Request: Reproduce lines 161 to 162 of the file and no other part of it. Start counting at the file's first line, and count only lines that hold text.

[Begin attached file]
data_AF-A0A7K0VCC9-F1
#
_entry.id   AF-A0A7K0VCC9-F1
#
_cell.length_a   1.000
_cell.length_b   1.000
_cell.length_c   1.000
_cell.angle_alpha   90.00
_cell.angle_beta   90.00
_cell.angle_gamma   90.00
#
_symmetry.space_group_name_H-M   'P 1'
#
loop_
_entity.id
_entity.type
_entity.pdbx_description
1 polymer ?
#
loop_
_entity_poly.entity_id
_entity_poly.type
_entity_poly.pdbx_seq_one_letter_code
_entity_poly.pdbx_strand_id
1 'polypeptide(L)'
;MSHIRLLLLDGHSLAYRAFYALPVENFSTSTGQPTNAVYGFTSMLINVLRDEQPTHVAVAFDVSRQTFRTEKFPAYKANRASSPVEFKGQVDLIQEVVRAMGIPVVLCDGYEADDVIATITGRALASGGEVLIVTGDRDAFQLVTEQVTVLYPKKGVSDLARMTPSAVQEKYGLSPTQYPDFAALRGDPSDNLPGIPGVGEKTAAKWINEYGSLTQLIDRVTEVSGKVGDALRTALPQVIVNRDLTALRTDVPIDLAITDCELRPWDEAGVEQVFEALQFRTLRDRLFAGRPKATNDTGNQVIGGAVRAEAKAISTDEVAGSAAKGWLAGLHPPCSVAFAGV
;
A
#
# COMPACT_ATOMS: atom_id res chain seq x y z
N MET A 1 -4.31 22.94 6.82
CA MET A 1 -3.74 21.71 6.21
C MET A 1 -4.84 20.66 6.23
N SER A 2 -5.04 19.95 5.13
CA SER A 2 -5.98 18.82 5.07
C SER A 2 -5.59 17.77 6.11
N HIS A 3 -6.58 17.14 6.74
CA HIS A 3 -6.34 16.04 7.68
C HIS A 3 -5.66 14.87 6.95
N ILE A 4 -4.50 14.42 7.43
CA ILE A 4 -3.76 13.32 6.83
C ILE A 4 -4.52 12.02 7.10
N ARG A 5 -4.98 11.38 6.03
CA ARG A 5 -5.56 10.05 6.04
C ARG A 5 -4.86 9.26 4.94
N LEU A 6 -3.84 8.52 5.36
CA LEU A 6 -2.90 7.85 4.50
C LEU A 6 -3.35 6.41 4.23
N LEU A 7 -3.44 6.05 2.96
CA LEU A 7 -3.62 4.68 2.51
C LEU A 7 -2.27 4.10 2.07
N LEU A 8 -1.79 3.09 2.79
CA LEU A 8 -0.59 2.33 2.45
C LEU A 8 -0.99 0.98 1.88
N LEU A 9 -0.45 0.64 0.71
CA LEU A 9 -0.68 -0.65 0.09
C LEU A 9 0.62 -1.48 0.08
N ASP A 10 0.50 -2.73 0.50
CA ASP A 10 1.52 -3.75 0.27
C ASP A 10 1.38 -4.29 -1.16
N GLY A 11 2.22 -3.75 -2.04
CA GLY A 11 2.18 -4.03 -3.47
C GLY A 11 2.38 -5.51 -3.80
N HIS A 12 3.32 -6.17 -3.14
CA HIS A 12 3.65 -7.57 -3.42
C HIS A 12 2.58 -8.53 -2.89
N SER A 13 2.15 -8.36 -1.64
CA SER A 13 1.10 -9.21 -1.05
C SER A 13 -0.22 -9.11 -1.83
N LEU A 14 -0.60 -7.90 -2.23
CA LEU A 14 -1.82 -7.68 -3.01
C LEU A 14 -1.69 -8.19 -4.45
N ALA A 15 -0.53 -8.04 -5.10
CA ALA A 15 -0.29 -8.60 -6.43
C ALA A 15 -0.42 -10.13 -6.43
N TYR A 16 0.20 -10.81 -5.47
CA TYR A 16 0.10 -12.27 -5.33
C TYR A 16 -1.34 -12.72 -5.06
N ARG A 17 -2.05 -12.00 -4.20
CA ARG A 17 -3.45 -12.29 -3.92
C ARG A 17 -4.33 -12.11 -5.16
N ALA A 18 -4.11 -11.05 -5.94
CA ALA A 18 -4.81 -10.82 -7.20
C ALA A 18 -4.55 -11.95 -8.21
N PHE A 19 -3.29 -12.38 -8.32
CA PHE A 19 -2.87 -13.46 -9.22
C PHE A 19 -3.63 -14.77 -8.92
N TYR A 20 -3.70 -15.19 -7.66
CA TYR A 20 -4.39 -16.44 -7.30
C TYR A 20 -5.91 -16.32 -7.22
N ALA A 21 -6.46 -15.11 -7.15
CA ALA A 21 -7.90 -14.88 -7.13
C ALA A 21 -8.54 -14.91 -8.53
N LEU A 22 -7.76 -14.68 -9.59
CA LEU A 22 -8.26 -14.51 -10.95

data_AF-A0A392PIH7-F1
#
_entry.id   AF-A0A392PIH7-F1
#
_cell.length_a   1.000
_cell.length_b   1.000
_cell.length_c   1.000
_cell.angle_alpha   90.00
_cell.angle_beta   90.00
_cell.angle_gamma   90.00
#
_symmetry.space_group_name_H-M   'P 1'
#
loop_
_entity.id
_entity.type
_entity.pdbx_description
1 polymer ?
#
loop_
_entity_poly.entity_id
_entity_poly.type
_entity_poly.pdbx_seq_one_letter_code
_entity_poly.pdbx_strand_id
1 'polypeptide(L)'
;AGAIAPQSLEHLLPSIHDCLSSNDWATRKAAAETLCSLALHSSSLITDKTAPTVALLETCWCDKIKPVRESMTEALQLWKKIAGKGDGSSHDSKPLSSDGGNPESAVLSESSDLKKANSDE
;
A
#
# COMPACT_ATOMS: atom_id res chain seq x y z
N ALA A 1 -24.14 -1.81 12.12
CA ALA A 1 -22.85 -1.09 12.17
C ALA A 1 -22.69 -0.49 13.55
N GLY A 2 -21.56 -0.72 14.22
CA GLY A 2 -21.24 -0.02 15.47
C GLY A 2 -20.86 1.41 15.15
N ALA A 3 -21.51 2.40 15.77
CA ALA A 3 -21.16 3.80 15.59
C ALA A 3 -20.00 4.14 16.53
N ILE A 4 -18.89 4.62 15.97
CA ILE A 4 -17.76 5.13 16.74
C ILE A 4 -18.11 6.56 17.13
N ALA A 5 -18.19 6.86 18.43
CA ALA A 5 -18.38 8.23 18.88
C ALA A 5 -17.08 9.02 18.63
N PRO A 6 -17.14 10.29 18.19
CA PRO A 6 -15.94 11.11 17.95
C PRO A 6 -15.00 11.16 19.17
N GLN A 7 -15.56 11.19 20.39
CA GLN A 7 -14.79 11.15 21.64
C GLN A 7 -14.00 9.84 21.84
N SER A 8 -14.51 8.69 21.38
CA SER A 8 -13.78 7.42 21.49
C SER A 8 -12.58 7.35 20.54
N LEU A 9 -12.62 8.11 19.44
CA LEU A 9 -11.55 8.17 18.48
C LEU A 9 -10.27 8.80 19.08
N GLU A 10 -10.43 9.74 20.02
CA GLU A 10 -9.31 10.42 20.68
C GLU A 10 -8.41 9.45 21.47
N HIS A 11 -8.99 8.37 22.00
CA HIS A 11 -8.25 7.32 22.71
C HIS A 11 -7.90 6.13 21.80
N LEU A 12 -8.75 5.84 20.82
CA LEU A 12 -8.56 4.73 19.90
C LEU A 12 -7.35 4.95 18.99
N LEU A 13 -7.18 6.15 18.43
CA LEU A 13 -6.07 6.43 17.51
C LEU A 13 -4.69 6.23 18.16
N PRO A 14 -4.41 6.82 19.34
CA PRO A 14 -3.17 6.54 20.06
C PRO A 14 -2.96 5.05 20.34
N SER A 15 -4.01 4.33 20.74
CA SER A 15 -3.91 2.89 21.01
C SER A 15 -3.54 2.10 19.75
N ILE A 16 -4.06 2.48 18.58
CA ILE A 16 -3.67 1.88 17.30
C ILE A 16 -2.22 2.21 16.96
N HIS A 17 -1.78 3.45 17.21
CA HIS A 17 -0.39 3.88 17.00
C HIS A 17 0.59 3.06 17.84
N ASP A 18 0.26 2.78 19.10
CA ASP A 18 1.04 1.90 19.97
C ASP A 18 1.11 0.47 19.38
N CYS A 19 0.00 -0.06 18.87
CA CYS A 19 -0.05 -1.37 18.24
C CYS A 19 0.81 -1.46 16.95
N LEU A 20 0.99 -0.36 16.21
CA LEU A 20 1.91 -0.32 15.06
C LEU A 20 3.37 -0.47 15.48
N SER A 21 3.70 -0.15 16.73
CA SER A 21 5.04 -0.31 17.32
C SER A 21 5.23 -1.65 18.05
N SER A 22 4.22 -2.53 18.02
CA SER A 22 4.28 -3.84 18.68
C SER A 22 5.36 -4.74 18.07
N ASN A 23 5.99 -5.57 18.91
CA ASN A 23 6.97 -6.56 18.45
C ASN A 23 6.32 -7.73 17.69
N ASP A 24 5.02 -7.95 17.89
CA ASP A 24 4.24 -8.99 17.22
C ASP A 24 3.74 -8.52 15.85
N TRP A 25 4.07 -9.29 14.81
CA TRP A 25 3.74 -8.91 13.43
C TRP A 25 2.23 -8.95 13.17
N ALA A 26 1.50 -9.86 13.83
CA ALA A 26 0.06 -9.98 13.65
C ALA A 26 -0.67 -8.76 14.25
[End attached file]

C LEU A 12 -7.35 4.95 18.99
N LEU A 13 -7.18 6.15 18.43